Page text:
While all this stuff is going on there's a suspicious Riku running around, claiming to be the one who promised Naminé he'd protect her. As it turns out this Riku is actually a fake puppet created by Vexen, one of the Organization XIII members present in the castle. Besides fighting Sora a few times and protecting Naminé from being killed, he eventually is revealed as a fake and killed by the real Riku during his portion of the storyline... thus in the end not really mattering much.

Finally, Sora reaches the 13th and top floor of the castle and meets Naminé—to him it's a reunion, but Naminé explains what's going on and that it's actually their first time ever seeing each other. Sora tries to understand what's happening, but is still unable to push the fake promise out of his heart, using it to try and help Naminé. After killing Marluxia, and (temporarily) freeing Naminé, she offers to put Sora, Donald and Goofy into these big egg things to restore their memories to their previous state. Knowing this will erase the new positive memories of Naminé, Sora agrees to it for the sake of finding and remembering the girl who was truly "most important" to him. Before entering the egg machines, Jiminy writes one sentence into his journal: "Thank Naminé" (a quite cryptic sentence to anyone playing KH2 if they haven't played CoM).

Development[edit | edit source]

Nomura had heard that children wanted to play Kingdom Hearts on the Game Boy Advance, so he decided to make an intermediary title to bridge Kingdom Hearts and Kingdom Hearts II. Nomura determined that a 2D Kingdom Hearts game could still be possible and could still feel like the original to gamers, and began exploring gameplay ideas.

To explain the loss of abilities gained in the previous game, Nomura had the story revolve around Sora's memories getting corrupted and implemented the card battle system to symbolize Sora's various memories. Square developed the game alongside a studio named h.a.n.d. The game was originally titled Kingdom Hearts: Lost Memories, before Nomura changed it to fit the outline of the story more. Chain of Memories was developed with a lighter tone than that of the PS2 games.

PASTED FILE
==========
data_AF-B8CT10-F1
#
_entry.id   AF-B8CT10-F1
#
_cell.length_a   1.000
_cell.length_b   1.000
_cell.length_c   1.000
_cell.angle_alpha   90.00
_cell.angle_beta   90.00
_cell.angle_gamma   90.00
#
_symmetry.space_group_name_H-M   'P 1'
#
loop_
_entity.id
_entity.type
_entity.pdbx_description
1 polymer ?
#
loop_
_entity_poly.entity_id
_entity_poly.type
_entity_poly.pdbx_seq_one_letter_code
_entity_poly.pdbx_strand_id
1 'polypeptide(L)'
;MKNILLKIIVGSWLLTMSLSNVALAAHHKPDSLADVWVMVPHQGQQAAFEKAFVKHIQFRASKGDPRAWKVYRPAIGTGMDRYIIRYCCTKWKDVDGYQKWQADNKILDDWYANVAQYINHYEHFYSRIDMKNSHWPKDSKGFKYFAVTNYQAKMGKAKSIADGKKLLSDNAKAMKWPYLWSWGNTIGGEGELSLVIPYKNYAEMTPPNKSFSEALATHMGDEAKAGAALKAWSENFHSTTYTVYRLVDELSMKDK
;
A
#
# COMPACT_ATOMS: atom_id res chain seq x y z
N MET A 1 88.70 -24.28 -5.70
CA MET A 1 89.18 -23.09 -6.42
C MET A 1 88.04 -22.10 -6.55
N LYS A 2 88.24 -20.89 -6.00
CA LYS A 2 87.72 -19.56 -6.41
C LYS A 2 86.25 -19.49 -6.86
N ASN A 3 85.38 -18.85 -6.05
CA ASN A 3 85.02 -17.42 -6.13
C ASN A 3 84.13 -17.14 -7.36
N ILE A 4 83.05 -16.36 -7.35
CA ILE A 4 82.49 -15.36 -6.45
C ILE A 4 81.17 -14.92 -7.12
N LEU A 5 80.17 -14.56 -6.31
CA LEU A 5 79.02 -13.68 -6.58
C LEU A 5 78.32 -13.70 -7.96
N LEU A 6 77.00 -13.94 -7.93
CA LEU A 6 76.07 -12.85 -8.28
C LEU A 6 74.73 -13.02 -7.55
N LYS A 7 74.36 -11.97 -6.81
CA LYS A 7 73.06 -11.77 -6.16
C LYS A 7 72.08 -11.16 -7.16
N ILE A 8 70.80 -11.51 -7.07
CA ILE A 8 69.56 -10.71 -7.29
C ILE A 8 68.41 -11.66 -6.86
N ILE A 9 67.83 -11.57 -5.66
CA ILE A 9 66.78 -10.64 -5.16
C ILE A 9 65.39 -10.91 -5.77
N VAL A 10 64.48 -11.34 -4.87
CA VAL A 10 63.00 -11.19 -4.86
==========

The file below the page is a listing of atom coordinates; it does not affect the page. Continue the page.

Chain of Memories was announced at the Tokyo Game Show in 2003 alongside Kingdom Hearts II. Initial details included the switch to 2D graphics, the use of cards to perform attacks, and that compressed movies would be utilized in some cut scenes, a first for a GBA game. The cut scene animations were rendered using the graphical engine of the PlayStation 2 iteration and then encoded for the Game Boy Advance by using a technology developed by Japanese company, AM3. A playable demo was first made available to the public at the 2003 Jump Festa in Japan; this demo and subsequent demos highlighted the card-based combat system. Aside from information gathered from the opening sequences, most details regarding the story were kept secret until the release.

Chain of Memories was also advertised at E3 2004 and TGS 2004 before its initial release in November 2004 in Japan.

This game would later inspire the gameplay in The World Ends With You.

Re-releases[edit | edit source]

Once Kingdom Hearts II had been finished, Kingdom Hearts: Chain of Memories was remade for the PlayStation 2, titled Kingdom Hearts Re:Chain of Memories. It was developed by Square Enix's fifth Product Development Division, based in Osaka, and released as the second disc of Kingdom Hearts II Final Mix+ in Japan on March 29, 2007 and as a standalone title in North America on December 2, 2008. The remake includes polygonal 3D battles and worlds using the same graphics as Kingdom Hearts. While the card-based battle system and room synthesis aspects of the gameplay stayed mostly the same, there were additions, such as the "Reaction Command" function from Kingdom Hearts II. The remake also includes new cutscenes and battles that were not in the original game. The staff felt that it stood out among other card-based RPGs.

The game made its debut in Europe and Australia with the release of the Kingdom Hearts HD 1.5 Remix for PlayStation 3 and PlayStation 4, which features remastered graphics for the game and trophy support, alongside a remaster of Kingdom Hearts Final Mix and a cutscene movie of Kingdom Hearts 358/2 Days.